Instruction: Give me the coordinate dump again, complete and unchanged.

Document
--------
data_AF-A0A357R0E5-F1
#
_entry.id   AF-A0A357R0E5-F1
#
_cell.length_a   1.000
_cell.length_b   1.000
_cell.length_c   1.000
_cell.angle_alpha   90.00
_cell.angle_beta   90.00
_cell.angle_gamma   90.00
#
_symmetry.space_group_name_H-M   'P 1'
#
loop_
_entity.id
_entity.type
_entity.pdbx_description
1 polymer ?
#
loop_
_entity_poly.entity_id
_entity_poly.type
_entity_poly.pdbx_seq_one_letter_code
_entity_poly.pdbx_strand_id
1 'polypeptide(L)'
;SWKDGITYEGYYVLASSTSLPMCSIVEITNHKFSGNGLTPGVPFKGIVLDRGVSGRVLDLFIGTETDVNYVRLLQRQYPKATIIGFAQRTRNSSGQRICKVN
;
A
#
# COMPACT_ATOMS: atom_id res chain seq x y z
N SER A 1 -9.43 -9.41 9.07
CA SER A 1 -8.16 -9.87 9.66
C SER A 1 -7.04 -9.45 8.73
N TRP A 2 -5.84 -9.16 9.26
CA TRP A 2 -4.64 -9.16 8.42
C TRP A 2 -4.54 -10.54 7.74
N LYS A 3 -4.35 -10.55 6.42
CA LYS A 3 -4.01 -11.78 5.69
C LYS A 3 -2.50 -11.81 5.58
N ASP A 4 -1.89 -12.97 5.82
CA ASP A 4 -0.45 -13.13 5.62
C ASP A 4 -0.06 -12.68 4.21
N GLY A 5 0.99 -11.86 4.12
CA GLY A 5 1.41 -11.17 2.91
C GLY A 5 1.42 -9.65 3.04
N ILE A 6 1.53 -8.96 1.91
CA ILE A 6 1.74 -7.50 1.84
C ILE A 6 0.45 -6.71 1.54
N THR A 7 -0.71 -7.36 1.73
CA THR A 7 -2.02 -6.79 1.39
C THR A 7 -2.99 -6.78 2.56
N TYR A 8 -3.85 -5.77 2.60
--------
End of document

data_AF-A0A357R0E5-F1
#
_entry.id   AF-A0A357R0E5-F1
#
_cell.length_a   1.000
_cell.length_b   1.000
_cell.length_c   1.000
_cell.angle_alpha   90.00
_cell.angle_beta   90.00
_cell.angle_gamma   90.00
#
_symmetry.space_group_name_H-M   'P 1'
#
loop_
_entity.id
_entity.type
_entity.pdbx_description
1 polymer ?
#
loop_
_entity_poly.entity_id
_entity_poly.type
_entity_poly.pdbx_seq_one_letter_code
_entity_poly.pdbx_strand_id
1 'polypeptide(L)'
;SWKDGITYEGYYVLASSTSLPMCSIVEITNHKFSGNGLTPGVPFKGIVLDRGVSGRVLDLFIGTETDVNYVRLLQRQYPKATIIGFAQRTRNSSGQRICKVN
;
A
#
# COMPACT_ATOMS: atom_id res chain seq x y z
N SER A 1 -9.43 -9.41 9.07
CA SER A 1 -8.16 -9.87 9.66
C SER A 1 -7.04 -9.45 8.73
N TRP A 2 -5.84 -9.16 9.26
CA TRP A 2 -4.64 -9.16 8.42
C TRP A 2 -4.54 -10.54 7.74
N LYS A 3 -4.35 -10.55 6.42
CA LYS A 3 -4.01 -11.78 5.69
C LYS A 3 -2.50 -11.81 5.58
N ASP A 4 -1.89 -12.97 5.82
CA ASP A 4 -0.45 -13.13 5.62
C ASP A 4 -0.06 -12.68 4.21
N GLY A 5 0.99 -11.86 4.12
CA GLY A 5 1.41 -11.17 2.91
C GLY A 5 1.42 -9.65 3.04
N ILE A 6 1.53 -8.96 1.91
CA ILE A 6 1.74 -7.50 1.84
C ILE A 6 0.45 -6.71 1.54
N THR A 7 -0.71 -7.36 1.73
CA THR A 7 -2.02 -6.79 1.39
C THR A 7 -2.99 -6.78 2.56
N TYR A 8 -3.85 -5.77 2.60